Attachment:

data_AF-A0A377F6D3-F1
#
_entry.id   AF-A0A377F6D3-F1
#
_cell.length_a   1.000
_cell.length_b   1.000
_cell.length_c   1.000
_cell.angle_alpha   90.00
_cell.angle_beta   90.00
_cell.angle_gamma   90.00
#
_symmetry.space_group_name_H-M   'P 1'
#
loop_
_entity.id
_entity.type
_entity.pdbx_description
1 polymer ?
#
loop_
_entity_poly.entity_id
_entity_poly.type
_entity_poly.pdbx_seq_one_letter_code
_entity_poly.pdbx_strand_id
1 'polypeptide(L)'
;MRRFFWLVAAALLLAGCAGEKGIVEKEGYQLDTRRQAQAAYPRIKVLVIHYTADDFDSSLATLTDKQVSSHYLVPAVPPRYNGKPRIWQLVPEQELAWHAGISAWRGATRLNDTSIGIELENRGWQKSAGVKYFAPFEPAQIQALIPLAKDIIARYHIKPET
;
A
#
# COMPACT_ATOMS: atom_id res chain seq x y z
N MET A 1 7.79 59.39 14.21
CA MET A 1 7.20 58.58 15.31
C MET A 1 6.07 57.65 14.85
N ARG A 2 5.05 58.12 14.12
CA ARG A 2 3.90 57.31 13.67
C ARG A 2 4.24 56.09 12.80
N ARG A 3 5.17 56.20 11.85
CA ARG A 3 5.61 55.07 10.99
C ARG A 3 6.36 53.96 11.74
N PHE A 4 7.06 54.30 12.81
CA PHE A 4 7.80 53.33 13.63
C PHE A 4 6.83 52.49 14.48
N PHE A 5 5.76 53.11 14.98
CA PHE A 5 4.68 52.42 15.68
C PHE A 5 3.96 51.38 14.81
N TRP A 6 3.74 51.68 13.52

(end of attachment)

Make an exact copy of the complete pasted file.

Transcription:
data_AF-A0A377F6D3-F1
#
_entry.id   AF-A0A377F6D3-F1
#
_cell.length_a   1.000
_cell.length_b   1.000
_cell.length_c   1.000
_cell.angle_alpha   90.00
_cell.angle_beta   90.00
_cell.angle_gamma   90.00
#
_symmetry.space_group_name_H-M   'P 1'
#
loop_
_entity.id
_entity.type
_entity.pdbx_description
1 polymer ?
#
loop_
_entity_poly.entity_id
_entity_poly.type
_entity_poly.pdbx_seq_one_letter_code
_entity_poly.pdbx_strand_id
1 'polypeptide(L)'
;MRRFFWLVAAALLLAGCAGEKGIVEKEGYQLDTRRQAQAAYPRIKVLVIHYTADDFDSSLATLTDKQVSSHYLVPAVPPRYNGKPRIWQLVPEQELAWHAGISAWRGATRLNDTSIGIELENRGWQKSAGVKYFAPFEPAQIQALIPLAKDIIARYHIKPET
;
A
#
# COMPACT_ATOMS: atom_id res chain seq x y z
N MET A 1 7.79 59.39 14.21
CA MET A 1 7.20 58.58 15.31
C MET A 1 6.07 57.65 14.85
N ARG A 2 5.05 58.12 14.12
CA ARG A 2 3.90 57.31 13.67
C ARG A 2 4.24 56.09 12.80
N ARG A 3 5.17 56.20 11.85
CA ARG A 3 5.61 55.07 10.99
C ARG A 3 6.36 53.96 11.74
N PHE A 4 7.06 54.30 12.81
CA PHE A 4 7.80 53.33 13.63
C PHE A 4 6.83 52.49 14.48
N PHE A 5 5.76 53.11 14.98
CA PHE A 5 4.68 52.42 15.68
C PHE A 5 3.96 51.38 14.81
N TRP A 6 3.74 51.68 13.52